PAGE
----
Henry Burney

From Wikipedia, the free encyclopedia
Jump to: navigation, search

Henry Burney (27 February 1792 – 4 March 1845)[1] was a British commercial traveller and diplomat for the British East India Company. His parents were Richard Thomas Burney (1768–1808), headmaster of the Orphan School at Kidderpore, and Jane Burney (1772–1842),[2] and he was a nephew of the English writer Frances Burney (1752–1840). On 30 June 1818 at St. George's Church in George Town, Penang, Malaya, he married Janet Bannerman (1799–1865),[3] with whom he had 13 children, eight of whom were still living at the time of his death.[4] She was the niece of John Alexander Bannerman, who was governor of Penang in Malaya.[3]

Henry Burney died at sea in 1845 and was buried in Mission Burial Ground on Park Street in Calcutta.[4]

Career[edit]

In 1807 Burney joined the East India Company. In 1818, the year of his marriage to Janet Bannerman, he was appointed lieutenant and adjutant of the 20th Regiment of Bengal Native Infantry, Penang's acting town-major and military secretary to Governor Bannerman.[3] Later he worked as an agent of the East India Company, collecting material about Burma and Siam, which he made available to England, while participating in the First Anglo–Burmese War (1823–1826). After his 1825 appointment as political emissary to Siam[3] he met King Rama III there the following year, concluding the Burney Treaty and a commercial contract to stimulate development of regional trade between Siam and Europe. Having negotiated a mutually agreed border between Siam and British-occupied Burma, only the exact course of the border at Three Pagodas Pass in Kanchanaburi remained in dispute. From 1829 Burney was the British resident envoy to King Bagyidaw's court at Ava in Burma where he successfully negotiated the return of the Kabaw Valley from Manipur to Burma.[5] By 1834 he had risen to the rank of Lieutenant Colonel[3] in the Bengal army.[6]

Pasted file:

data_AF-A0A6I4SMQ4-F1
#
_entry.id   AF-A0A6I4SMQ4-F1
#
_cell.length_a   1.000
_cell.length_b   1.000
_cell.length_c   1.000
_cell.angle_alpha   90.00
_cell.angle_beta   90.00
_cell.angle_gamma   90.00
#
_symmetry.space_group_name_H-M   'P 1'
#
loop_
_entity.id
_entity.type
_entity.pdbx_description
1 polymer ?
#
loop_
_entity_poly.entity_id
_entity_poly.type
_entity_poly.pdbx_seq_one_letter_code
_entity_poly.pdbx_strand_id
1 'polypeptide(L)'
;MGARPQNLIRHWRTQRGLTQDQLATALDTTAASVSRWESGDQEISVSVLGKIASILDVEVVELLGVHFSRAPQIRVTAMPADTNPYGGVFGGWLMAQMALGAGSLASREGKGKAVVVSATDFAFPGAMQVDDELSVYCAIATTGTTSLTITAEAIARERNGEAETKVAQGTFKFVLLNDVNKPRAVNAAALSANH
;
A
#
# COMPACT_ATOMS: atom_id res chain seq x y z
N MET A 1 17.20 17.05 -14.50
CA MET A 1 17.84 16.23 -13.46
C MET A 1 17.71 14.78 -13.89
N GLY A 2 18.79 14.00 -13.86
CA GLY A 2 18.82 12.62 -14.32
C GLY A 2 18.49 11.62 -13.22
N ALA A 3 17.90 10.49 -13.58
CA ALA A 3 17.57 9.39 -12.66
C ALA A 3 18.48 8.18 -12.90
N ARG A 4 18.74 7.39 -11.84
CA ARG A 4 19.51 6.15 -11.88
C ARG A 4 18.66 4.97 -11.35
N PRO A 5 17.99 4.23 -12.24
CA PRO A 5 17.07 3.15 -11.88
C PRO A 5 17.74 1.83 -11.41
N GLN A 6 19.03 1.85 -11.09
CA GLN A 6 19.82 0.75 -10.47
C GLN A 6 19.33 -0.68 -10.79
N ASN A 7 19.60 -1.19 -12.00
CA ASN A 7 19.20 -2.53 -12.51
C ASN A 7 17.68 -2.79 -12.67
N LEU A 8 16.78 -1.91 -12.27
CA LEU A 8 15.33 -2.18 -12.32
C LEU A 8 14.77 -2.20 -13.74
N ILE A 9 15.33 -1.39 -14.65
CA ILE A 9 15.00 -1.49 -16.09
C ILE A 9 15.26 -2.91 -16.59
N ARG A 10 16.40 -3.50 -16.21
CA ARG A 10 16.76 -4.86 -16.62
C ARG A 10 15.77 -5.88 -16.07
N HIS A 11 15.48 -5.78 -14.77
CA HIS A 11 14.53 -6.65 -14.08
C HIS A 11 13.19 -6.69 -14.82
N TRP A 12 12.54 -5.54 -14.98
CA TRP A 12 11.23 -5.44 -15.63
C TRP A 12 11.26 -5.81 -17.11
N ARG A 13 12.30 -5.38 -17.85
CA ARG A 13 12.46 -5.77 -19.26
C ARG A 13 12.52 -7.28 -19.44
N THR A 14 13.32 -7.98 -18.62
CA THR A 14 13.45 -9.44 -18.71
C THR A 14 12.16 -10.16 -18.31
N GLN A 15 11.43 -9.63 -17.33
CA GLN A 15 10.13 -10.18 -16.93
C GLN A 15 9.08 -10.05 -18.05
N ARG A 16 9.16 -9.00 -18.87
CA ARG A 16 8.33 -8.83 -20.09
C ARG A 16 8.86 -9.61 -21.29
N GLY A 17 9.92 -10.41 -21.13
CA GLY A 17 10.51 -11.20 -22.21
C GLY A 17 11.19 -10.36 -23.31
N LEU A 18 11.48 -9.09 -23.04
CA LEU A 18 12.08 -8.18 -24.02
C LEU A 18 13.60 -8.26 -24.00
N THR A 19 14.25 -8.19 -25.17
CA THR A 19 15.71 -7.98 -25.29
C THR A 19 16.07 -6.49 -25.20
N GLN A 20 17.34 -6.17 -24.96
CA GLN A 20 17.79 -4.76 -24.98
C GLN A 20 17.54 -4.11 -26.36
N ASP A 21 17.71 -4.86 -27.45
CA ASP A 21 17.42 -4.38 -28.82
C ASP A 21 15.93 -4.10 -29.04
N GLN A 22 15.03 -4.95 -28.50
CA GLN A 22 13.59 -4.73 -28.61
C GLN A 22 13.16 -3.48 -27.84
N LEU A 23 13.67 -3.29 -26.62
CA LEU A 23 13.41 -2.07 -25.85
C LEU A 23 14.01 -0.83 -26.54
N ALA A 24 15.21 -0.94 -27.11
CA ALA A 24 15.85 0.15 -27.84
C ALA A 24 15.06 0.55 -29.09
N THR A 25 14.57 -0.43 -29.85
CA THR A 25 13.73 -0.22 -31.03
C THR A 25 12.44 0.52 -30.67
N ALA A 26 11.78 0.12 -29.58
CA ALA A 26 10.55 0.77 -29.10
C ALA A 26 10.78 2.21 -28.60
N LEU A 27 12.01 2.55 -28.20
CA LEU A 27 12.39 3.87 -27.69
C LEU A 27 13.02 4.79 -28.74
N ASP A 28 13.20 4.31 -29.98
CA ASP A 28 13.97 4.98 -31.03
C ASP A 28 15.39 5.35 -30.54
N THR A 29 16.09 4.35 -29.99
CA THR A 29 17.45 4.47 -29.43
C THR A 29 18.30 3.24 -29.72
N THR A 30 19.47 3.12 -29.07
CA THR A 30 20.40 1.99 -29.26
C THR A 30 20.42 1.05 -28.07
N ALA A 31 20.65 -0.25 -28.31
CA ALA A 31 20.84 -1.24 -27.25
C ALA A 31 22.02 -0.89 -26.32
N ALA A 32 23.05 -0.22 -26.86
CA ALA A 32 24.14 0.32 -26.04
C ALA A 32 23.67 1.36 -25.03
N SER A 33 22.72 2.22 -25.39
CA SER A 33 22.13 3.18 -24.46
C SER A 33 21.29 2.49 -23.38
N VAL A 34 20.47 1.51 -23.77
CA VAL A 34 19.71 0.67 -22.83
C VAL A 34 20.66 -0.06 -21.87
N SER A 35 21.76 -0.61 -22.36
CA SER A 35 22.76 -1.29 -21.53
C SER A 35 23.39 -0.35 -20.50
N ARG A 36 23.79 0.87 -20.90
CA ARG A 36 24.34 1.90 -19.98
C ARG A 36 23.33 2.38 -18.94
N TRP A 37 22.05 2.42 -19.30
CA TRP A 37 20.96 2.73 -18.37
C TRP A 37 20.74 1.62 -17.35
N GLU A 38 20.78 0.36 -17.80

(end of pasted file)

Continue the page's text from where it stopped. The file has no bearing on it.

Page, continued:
Notes[edit]

  1. ^ Holmes and Co. (Calcutta), The Bengal Obituary, London: 1851, W. Thacker, p. 209
  2. ^ ibid., p. 208
  3. ^ a b c d e "Descendants of James Bannerman" — genealogy
  4. ^ a b The Bengal Obituary, p. 209
  5. ^ Hall, D. G. E. (1950) "Chapter XIII: The First Residency and the Annexation of Pegu (1826-1855)" Burma Hutchinson University Library, London, p. 108, OCLC 513262
  6. ^ D.G.E. Hall, Henry Burney: A Political Biography, Oxford Univ. Press, 1974

See also[edit]

  • Henry Burney. The journal of Henry Burney in the capital of Burma, 1830-1832, Univ. of Auckland, 1995, 121 pp. (ISBN 0908689500)
  • D.G.E. Hall, Henry Burney: A Political Biography, Oxford Univ. Press, 1974, 330 pp. (ISBN 0197135838)
  • D.G.E. Hall, Burney's Comments on the Court of Ava, London, 1957, 314 pp.
  • Holmes and Co. (Calcutta), The Bengal Obituary: Or, a Record to Perpetuate the Memory of Departed Worth: Being a Compilation of Tablets and Monumental Inscriptions from Various Parts of the Bengal and Agra Presidencies, to which is added Biographical Sketches and Memoirs of Such as have Pre-Eminently Distinguished Themselves in the History of British India, Since the Formation of the European Settlement to the Present Time, London: 1851, W. Thacker, pp. 208-9